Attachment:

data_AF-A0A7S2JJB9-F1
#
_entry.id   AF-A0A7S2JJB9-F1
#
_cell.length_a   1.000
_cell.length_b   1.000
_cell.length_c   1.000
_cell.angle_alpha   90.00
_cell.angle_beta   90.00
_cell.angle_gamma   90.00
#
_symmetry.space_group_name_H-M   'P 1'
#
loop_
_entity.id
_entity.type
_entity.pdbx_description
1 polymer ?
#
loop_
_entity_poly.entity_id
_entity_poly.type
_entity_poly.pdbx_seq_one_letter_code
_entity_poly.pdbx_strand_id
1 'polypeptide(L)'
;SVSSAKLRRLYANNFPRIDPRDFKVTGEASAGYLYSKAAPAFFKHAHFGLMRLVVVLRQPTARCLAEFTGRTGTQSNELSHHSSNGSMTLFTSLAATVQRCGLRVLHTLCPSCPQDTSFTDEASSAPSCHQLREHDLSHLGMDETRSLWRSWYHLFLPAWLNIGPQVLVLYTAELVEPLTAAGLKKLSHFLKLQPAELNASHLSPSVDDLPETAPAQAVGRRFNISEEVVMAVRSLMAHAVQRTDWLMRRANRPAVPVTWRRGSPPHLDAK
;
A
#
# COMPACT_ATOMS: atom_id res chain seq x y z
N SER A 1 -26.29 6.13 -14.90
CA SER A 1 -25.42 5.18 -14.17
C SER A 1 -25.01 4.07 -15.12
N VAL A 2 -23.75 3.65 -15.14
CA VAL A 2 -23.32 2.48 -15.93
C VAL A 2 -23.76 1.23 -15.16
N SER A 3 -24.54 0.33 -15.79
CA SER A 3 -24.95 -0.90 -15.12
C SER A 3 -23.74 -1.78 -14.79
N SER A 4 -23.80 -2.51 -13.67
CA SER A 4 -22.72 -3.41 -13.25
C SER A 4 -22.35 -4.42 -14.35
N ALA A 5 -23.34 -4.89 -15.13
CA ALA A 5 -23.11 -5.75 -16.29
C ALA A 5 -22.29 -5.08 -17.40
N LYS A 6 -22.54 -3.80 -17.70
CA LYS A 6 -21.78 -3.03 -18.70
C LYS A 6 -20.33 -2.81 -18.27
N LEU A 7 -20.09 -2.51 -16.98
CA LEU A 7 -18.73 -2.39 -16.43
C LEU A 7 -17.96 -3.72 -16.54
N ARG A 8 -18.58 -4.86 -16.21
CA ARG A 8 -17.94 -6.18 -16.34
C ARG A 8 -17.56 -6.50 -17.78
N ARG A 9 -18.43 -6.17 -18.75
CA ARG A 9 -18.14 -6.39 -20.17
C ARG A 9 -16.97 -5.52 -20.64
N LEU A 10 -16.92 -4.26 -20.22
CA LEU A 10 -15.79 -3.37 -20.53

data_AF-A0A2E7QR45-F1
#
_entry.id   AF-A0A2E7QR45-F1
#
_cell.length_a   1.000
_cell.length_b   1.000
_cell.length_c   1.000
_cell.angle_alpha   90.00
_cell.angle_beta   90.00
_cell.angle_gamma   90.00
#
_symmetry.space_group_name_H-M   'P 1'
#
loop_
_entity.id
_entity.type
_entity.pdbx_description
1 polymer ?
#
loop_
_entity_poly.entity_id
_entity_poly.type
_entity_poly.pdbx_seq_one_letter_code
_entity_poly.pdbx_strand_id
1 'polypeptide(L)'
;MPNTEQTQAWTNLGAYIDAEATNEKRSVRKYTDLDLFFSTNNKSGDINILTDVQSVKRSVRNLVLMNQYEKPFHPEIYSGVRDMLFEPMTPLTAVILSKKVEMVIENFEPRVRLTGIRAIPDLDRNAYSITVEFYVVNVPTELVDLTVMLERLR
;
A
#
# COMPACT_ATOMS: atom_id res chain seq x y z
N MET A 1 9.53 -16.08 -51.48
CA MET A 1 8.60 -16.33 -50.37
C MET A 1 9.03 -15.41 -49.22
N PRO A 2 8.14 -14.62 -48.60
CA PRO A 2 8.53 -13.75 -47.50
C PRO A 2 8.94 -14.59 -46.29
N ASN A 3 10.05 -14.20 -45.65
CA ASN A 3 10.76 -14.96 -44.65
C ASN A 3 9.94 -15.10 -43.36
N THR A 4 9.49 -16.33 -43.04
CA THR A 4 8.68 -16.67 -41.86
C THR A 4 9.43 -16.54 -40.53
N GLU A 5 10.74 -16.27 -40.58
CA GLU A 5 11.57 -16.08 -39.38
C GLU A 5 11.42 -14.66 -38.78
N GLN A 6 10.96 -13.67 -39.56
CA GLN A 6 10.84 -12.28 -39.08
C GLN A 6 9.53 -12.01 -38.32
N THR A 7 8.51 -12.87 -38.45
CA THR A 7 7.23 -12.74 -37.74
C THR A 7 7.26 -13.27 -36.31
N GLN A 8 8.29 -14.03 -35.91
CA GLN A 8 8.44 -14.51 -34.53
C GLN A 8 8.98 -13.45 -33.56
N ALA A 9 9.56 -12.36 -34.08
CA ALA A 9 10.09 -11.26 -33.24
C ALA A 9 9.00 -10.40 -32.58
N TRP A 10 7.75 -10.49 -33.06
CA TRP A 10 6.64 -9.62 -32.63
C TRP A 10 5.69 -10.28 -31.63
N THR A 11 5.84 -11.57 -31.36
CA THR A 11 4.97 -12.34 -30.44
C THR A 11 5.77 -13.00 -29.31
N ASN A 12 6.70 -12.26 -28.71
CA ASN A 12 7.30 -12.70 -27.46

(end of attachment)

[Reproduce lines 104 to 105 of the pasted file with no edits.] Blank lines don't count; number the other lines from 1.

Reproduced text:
C GLU A 5 11.42 -14.66 -38.78
N GLN A 6 10.96 -13.67 -39.56